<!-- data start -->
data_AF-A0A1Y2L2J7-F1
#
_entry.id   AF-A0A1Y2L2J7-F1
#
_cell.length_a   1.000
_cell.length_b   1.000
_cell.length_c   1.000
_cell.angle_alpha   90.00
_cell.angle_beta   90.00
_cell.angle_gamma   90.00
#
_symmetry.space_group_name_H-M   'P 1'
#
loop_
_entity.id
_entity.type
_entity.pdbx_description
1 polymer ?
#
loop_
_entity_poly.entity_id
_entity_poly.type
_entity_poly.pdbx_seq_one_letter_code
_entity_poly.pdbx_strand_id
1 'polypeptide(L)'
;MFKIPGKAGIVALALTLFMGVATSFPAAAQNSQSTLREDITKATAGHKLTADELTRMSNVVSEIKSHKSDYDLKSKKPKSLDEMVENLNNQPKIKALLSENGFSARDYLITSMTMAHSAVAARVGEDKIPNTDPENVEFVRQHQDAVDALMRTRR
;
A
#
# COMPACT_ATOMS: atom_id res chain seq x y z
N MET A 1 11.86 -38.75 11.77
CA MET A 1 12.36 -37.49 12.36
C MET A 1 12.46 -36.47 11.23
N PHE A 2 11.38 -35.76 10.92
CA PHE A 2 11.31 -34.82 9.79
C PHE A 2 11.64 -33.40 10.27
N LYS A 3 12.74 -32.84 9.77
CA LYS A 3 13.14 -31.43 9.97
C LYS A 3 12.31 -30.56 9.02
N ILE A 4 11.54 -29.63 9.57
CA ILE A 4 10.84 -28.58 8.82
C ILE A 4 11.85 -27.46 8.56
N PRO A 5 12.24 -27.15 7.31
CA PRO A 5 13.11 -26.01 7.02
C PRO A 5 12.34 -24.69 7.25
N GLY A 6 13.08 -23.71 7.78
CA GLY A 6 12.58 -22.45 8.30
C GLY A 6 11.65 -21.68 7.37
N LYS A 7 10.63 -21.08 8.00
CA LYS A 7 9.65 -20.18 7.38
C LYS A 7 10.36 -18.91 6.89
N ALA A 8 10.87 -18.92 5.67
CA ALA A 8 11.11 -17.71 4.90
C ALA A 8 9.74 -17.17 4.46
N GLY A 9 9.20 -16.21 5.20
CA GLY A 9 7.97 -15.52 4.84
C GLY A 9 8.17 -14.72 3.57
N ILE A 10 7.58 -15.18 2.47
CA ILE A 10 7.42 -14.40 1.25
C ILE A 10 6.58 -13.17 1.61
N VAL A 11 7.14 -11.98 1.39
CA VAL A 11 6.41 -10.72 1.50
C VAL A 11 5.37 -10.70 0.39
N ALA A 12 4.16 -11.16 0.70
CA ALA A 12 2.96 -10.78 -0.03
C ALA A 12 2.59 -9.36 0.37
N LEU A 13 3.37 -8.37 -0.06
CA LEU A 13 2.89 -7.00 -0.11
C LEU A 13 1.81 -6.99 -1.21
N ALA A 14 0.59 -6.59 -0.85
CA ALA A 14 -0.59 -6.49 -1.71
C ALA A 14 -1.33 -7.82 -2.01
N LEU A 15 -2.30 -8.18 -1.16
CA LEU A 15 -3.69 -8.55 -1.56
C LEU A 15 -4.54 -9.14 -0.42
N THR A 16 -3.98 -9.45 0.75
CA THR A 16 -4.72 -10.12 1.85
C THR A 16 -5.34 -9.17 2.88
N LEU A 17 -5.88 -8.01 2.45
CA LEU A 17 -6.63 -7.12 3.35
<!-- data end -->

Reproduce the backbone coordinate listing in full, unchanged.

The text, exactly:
data_AF-A0A1Y2L2J7-F1
#
_entry.id   AF-A0A1Y2L2J7-F1
#
_cell.length_a   1.000
_cell.length_b   1.000
_cell.length_c   1.000
_cell.angle_alpha   90.00
_cell.angle_beta   90.00
_cell.angle_gamma   90.00
#
_symmetry.space_group_name_H-M   'P 1'
#
loop_
_entity.id
_entity.type
_entity.pdbx_description
1 polymer ?
#
loop_
_entity_poly.entity_id
_entity_poly.type
_entity_poly.pdbx_seq_one_letter_code
_entity_poly.pdbx_strand_id
1 'polypeptide(L)'
;MFKIPGKAGIVALALTLFMGVATSFPAAAQNSQSTLREDITKATAGHKLTADELTRMSNVVSEIKSHKSDYDLKSKKPKSLDEMVENLNNQPKIKALLSENGFSARDYLITSMTMAHSAVAARVGEDKIPNTDPENVEFVRQHQDAVDALMRTRR
;
A
#
# COMPACT_ATOMS: atom_id res chain seq x y z
N MET A 1 11.86 -38.75 11.77
CA MET A 1 12.36 -37.49 12.36
C MET A 1 12.46 -36.47 11.23
N PHE A 2 11.38 -35.76 10.92
CA PHE A 2 11.31 -34.82 9.79
C PHE A 2 11.64 -33.40 10.27
N LYS A 3 12.74 -32.84 9.77
CA LYS A 3 13.14 -31.43 9.97
C LYS A 3 12.31 -30.56 9.02
N ILE A 4 11.54 -29.63 9.57
CA ILE A 4 10.84 -28.58 8.82
C ILE A 4 11.85 -27.46 8.56
N PRO A 5 12.24 -27.15 7.31
CA PRO A 5 13.11 -26.01 7.02
C PRO A 5 12.34 -24.69 7.25
N GLY A 6 13.08 -23.71 7.78
CA GLY A 6 12.58 -22.45 8.30
C GLY A 6 11.65 -21.68 7.37
N LYS A 7 10.63 -21.08 8.00
CA LYS A 7 9.65 -20.18 7.38
C LYS A 7 10.36 -18.91 6.89
N ALA A 8 10.87 -18.92 5.67
CA ALA A 8 11.11 -17.71 4.90
C ALA A 8 9.74 -17.17 4.46
N GLY A 9 9.20 -16.21 5.20
CA GLY A 9 7.97 -15.52 4.84
C GLY A 9 8.17 -14.72 3.57
N ILE A 10 7.58 -15.18 2.47
CA ILE A 10 7.42 -14.40 1.25
C ILE A 10 6.58 -13.17 1.61
N VAL A 11 7.14 -11.98 1.39
CA VAL A 11 6.41 -10.72 1.50
C VAL A 11 5.37 -10.70 0.39
N ALA A 12 4.16 -11.16 0.70
CA ALA A 12 2.96 -10.78 -0.03
C ALA A 12 2.59 -9.36 0.37
N LEU A 13 3.37 -8.37 -0.06
CA LEU A 13 2.89 -7.00 -0.11
C LEU A 13 1.81 -6.99 -1.21
N ALA A 14 0.59 -6.59 -0.85
CA ALA A 14 -0.59 -6.49 -1.71
C ALA A 14 -1.33 -7.82 -2.01
N LEU A 15 -2.30 -8.18 -1.16
CA LEU A 15 -3.69 -8.55 -1.56
C LEU A 15 -4.54 -9.14 -0.42
N THR A 16 -3.98 -9.45 0.75
CA THR A 16 -4.72 -10.12 1.85
C THR A 16 -5.34 -9.17 2.88
N LEU A 17 -5.88 -8.01 2.45
CA LEU A 17 -6.63 -7.12 3.35